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Comics Mean Favorite Stories and Characters

The week of April 29th leading into Free Comic Book Day on May 4th, I’m asking bloggers, podcasters & artists to post something explaining what comics mean to you. (prompt courtesy of Comics Kick Ass Week)

batman442I’ve spent the last few days sharing some brief, loose thoughts on some of the things that comics mean to me, have been to my life.

But I haven’t talked about my favorite stories, my favorite characters. And truly, anything actually comprehensive on that front could be an entire blog in itself, something far larger than the scope and intent of this week’s posts. So I’ll touch on a few only.

Superman was the first–Superman is the reason I was introduced to comics. I touched a few weeks ago on the significance of the Death and Return of Superman Omnibus, aos500collecting that entire saga under one cover, as the ultimate story from my childhood is presently the ultimate single volume in my collection.

Another Superman story that holds a lot of meaning for me is Man of Steel, the John Byrne series that reintroduced Superman to the world, introduced the version of Superman that I consider “my Superman.”

Over on the Batman side, there’s A Lonely Place of Dying. Tim Drake–the third Robin (or now, Red Robin in the New 52)–had only JUST been introduced as I got into comics. So the character has been around the xmen041entire time I’ve been into comics, had comics of my own…but while I was new to comics, Tim Drake the character was new to being Robin. As he grew up, I grew up; as he gained experience, I’ve gained experience. Sadly, where Tim was once several years OLDER than me…even if they portray him as being 20 or so and not mid-teens…I’ve now got nearly a decade and a half on the character. And for that, Robin–the Tim Drake version–is also one of my favorite characters.

With Batman, significant stories that I think of quickly include A rune000Death in the Family, as well as Knightfall, KnightQuest, and KnightsEnd. No Man’s Land was also quite important as it got me back into the Bat-verse for awhile, sampling the various titles since they tied in, and I tried to follow the entire thing (though trailed off when I went off to college).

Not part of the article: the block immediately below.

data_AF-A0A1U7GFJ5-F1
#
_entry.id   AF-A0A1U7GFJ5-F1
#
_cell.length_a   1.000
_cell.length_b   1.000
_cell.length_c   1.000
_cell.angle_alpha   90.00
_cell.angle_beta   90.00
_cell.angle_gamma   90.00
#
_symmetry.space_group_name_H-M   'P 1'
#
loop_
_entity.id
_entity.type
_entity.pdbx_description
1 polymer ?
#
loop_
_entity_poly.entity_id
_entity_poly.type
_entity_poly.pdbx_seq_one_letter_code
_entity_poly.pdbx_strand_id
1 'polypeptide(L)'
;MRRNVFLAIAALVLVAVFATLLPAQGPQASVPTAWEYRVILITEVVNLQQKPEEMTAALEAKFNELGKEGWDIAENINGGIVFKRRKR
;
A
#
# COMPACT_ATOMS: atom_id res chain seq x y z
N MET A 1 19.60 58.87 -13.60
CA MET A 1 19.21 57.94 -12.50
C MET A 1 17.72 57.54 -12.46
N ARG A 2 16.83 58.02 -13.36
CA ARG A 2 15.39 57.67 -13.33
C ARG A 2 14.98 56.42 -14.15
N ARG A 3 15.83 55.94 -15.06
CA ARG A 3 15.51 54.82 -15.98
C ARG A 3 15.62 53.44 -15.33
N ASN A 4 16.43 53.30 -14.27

On the Marvel side, while I kinda loosely followed some of the X-Stuff (particularly Fatal Attractions, the X-Men 30th Anniversary crossover/event) I didn’t actually start trying to follow ALL of the X-books until Legion Quest and the Age of Apocalypse. I got all the issues in batman497December 1994 that ended with the cliffhangers as those titles seemed to rather abruptly END…and then followed all the Age of Apocalypse titles for the 4-month event…and then for a few months afterward, I tried to keep up with the entirety of the X-books, learning about the characters I didn’t already know, learning about their “real versions” as opposed to their AoA counterparts, etc.

And of course, there are the Teenage Mutant Ninja Turtles. I was introduced to them by other boys in my Cub Scouts group having the interest, but their interest soon became my own. The comics, the cartoons, the movies, etc.–the tmnt050TMNT have actually been part of my life longer than comics, I believe. 

The Avengers and the non-X-related Marvel characters became a much larger part of my life in the late-1990s, having grabbed my attention with Heroes Reborn, but it was the Heroes Return where–for a brief time–I was buying everything Marvel that I could, while offhand sticking solely with Superman books from DC. I followed Avengers through Busiek‘s entire run, and a couple years each of Fantastic Four and Iron Man, and stuck with Thor a couple years longer than Avengers.

mantra001And significant as Marvel and DC were, I jumped onboard the Ultraverse with its launch in June 1993, and had the intention of following it in its entirety, though that quickly fell by the wayside due to the price ($1.95 to the $1.50 of the Superman books!) and sheer volume of titles. Ultimately, I followed Prime from the beginning to the very end, as well as Mantra, and I jumped on the Rune #0 promotion and so followed the Rune stuff in that entirety as best I could (I’m STILL missing one of the crossover issues with Conan!). Over the past couple years I’ve worked on tracking down the Ultraverse issues and titles I’d missed, and I’m down to a (relatively) small list of xo000missing issues from having a complete story collection of the Ultraverse…or at least, complete enough for me.

There have been book series and authors that I’ve followed–Brad Meltzer, Aliens, Dragonlance, Magic: The Gathering, Left Behind, Harry Potter, Percy Jackson and the Olympians–but ultimately…quantity-wise, it’s comics that have had the most impact on me, the greater variety and writers of stories that I carry with me.


Other posts in my participation in Comics Kick Ass week:
Comics Mean Memories | Comics Mean Connection | Comics Mean Education/Entertainment/Escape | Comics Mean Marking the Passing Time

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Comics Mean Marking the Passing Time